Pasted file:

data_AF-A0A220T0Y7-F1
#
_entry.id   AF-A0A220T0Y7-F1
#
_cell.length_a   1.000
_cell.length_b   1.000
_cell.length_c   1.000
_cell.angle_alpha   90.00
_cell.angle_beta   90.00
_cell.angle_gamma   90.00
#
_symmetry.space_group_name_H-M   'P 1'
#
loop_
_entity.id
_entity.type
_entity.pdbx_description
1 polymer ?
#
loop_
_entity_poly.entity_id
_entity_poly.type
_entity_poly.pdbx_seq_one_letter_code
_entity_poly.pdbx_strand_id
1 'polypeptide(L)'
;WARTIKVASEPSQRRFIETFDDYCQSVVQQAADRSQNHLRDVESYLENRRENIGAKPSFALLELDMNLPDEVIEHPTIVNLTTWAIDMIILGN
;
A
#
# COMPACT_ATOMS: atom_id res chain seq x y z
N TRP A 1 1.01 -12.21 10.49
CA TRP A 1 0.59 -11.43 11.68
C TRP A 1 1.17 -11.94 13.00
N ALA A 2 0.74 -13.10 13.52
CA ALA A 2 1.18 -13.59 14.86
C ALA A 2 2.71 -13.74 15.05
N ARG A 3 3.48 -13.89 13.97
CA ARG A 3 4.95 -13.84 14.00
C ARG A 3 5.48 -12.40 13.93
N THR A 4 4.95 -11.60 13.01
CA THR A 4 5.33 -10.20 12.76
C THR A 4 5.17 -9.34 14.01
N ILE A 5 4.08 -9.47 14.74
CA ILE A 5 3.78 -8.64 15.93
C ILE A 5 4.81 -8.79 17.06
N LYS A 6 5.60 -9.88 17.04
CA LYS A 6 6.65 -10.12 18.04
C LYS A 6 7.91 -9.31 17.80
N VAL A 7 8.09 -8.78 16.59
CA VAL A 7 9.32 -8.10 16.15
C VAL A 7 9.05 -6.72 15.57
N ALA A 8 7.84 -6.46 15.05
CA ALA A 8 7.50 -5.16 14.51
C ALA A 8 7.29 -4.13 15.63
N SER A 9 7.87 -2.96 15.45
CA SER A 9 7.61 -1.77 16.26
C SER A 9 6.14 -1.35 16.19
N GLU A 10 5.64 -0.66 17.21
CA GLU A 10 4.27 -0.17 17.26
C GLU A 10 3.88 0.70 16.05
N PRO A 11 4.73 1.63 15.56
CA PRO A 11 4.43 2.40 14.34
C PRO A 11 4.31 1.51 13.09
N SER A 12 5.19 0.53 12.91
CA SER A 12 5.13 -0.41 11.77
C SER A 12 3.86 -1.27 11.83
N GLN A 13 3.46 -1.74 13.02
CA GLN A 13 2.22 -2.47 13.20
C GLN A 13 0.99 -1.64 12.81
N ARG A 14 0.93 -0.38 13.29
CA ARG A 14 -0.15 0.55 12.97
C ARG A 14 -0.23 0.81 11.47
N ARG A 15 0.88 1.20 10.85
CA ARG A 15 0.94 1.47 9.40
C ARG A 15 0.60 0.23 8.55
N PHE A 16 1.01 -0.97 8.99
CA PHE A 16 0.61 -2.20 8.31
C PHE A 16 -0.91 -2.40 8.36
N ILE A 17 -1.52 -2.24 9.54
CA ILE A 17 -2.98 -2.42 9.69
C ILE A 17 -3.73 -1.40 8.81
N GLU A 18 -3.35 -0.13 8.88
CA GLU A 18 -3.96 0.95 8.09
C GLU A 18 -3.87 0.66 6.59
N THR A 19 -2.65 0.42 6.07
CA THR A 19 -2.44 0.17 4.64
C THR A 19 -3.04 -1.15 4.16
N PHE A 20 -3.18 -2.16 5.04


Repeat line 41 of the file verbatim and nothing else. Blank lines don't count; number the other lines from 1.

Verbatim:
CA THR A 4 5.33 -10.20 12.76